Work With National Organization Puts Lancaster Students in Forefront of Green Building
Their job is to build a $400,000 model home that is not only a “green” home, but is used to help develop the standards for green homes. And they have to do it in 10 months because it is part of their school project.
It may sound like a daunting task for the seniors in the construction technologies program at the Lancaster County Career and Technology Center, but they have completed and sold two homes and are breaking ground on the third.
The four-home development behind the Mount Joy campus for the CTC is called Apprentice Green, a name that fits exactly what goes on in the construction of these homes.
Highlighting the Homes
Michael Dodson, building project coordinator, has been involved with Apprentice Green since its inception in 2006 and swells with pride when showing off the homes.
“This is the best job, watching young folks learning,” he said, standing in front of the second home that was built. Behind him, the carpentry students laid out the initial framing for the third home. “I know these kids are getting something out of it that they can take with them in their future careers.”
It was this desire to help these young students get involved in an evolving field and get some real world experience that caught the attention of the National Association of Home Builders (NAHB) Research Center. The Center partnered with Lancaster CTC and helped guide the program.
“We put the team in place and NAHB ran the program,” explained Dodson. “They laid the foundation and got us off to the right start.”
Twelve of the CTC’s programs are involved with the homes’ construction, everything from floral and landscaping to sheet metal and heavy equipment operation. The work is done by the students under the supervision of a team of instructors, manufacturers and professional subcontractors. Scientists from the NAHB Research Center guide the program and check in periodically to make sure the home is continuing down the right path as a green home.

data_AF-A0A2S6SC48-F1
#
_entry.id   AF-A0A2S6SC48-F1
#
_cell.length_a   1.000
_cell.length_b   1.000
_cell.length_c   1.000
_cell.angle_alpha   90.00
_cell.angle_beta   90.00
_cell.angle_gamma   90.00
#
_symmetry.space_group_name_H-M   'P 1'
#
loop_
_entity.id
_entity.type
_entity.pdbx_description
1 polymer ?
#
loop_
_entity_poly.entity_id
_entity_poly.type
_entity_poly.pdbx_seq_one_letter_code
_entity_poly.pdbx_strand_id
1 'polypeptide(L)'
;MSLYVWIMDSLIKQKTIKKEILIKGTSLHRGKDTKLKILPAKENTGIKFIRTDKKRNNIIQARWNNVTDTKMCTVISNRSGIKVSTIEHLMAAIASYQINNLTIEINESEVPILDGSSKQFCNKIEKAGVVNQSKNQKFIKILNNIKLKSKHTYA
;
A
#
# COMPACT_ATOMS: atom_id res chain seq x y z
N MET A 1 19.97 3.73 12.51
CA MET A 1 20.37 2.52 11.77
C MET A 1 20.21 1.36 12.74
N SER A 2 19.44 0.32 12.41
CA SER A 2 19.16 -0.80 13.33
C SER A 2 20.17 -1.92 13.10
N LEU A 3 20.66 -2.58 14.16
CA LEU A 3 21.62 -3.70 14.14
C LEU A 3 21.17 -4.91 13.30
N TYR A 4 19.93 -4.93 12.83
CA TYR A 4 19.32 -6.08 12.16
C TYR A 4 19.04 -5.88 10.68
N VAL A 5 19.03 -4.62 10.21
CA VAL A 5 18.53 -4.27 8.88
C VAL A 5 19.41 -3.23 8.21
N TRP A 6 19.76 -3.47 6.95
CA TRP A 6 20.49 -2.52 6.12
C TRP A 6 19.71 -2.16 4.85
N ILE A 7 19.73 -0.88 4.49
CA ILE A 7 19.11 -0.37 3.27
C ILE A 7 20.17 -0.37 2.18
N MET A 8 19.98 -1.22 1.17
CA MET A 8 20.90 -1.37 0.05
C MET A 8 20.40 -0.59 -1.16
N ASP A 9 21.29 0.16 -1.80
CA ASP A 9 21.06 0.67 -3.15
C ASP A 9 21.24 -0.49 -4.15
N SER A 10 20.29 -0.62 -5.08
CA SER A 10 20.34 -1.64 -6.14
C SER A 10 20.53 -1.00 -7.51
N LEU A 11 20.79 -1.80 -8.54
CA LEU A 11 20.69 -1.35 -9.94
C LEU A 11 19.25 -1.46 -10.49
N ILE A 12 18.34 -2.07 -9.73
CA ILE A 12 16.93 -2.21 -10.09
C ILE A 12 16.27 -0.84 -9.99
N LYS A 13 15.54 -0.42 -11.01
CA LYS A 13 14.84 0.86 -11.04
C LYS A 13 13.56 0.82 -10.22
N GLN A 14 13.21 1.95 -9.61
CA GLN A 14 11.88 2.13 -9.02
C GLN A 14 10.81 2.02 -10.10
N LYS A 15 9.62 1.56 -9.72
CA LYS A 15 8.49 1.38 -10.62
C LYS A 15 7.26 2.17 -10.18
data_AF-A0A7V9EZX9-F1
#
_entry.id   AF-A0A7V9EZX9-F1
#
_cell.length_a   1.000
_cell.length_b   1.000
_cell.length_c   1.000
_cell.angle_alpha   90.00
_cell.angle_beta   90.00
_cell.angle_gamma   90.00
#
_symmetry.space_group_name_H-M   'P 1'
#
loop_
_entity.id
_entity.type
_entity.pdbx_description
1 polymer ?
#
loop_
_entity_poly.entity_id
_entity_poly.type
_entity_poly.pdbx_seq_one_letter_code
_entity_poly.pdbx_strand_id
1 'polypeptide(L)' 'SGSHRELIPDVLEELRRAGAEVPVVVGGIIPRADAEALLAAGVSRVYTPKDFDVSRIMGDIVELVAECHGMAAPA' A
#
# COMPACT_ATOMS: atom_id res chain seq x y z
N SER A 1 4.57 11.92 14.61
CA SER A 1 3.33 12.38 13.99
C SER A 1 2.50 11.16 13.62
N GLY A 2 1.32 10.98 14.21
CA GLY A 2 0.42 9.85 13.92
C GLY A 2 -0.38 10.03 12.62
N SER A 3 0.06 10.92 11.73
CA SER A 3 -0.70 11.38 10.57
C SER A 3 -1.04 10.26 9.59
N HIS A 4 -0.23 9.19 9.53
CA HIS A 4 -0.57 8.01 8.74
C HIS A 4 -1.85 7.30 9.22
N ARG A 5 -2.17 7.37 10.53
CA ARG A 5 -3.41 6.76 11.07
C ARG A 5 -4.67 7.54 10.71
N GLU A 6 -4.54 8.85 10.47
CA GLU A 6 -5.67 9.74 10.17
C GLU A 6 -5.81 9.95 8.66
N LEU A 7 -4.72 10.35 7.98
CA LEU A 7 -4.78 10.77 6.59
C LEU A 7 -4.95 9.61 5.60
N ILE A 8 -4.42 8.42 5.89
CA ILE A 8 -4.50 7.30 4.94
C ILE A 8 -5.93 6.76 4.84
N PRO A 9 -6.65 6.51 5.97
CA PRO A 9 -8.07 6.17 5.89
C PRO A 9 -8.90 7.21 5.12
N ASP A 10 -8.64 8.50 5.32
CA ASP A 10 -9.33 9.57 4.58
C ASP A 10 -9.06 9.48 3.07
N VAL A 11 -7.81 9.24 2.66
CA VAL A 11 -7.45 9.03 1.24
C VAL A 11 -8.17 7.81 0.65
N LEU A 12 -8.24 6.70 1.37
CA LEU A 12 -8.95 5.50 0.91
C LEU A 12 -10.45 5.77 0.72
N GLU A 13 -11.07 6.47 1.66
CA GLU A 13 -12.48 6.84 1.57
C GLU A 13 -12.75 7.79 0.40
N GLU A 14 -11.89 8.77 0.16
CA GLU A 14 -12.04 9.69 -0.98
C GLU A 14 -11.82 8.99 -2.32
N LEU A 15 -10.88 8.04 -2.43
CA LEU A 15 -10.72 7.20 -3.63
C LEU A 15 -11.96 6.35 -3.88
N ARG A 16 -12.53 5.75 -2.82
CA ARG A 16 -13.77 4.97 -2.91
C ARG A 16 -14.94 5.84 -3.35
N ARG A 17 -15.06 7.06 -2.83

Some of the features Dodson discussed during a tour include:
- a landscape plan that uses native plants and minimizes soil loss
- stockpiled and stabilized topsoil for later use
- recycled content materials used like fly ash concrete
- a rainwater harvesting system that stores 2,600 gallons of water to operate laundry, yard faucets and toilets
- a geothermal heat pump, which is twice as efficient as a standard heat pump
It took the students two years to build the first home, but NAHB was so impressed with what the students accomplished they used the home as one of six in the nation to help build the standards for green home certification.
The second home was constructed a bit differently, with a breezeway and detached garage to help with air quality. The second home received the gold level for the National Green Building Standard. The home surpasses even the EnergySmart Home Scale for green homes.
Once the homes are complete, they are included in a local parade of homes show and sold on the regular market. Money made off the sale goes to pay off any money borrowed for the home and to start building the next one.
The homes have been well-received. Before the homes are occupied, they are used as a training facility for green construction. Some other schools in the state have inquired about starting similar programs at their CTCs. The program has also won NAHB’s Green Building Award for Research, the Pennsylvania Speaker of the House Golden Apple Award for Applied Learning, the Governor’s Award for Environmental Excellence and the Lancaster Planning Commission Smart Growth Award for Community Capacity.
Dodson explained that the homes are part of a Community Education Project with NAHB Research Center and the National Energy Education Development (NEED) Project. The community education piece showcases to other schools, organizations, and the local industry the latest advances in building technologies and green building practices, and the economics of incorporating these practices.
The Student Component
Dodson loves talking about the homes, but it is because he loves seeing what these students can do. “The students are so proud,” he said. “They bring their friends and family to see the finished house.”
Rich Burley, carpentry instructor at the Brownstown campus, has also worked on all of the homes in the development. “They really don’t get a better line of work than in this program,” he said. “They get exactly what they would get at a real employer.”
And employers seek out their students. Burley says, “Employers love our students because they already have the basics and some depth of knowledge. They call us and tell us who they are looking for and a lot of the time we have someone for them. They like finding people this way rather than putting an ad in the paper.”
And the students realize the value of a project like this, as well. Nat Kotzmeyer, a 2010 graduate, now works for Steigel Construction. The Apprentice Green home was the first home he ever built. While he worked on the carpentry and framing of the home, he learned the basic skills he needed for his career. “Everything I learned I apply now,” he said. “The program was definitely a neat experience.”
It is the collaboration of hundreds of students just like Kotzmeyer that makes these homes a success. And it is the collaboration of local businesses and national organizations together with a strong CTC community that has made this program a success. “I could not be more proud of the students, teachers, administrators, and the board,” said Dodson.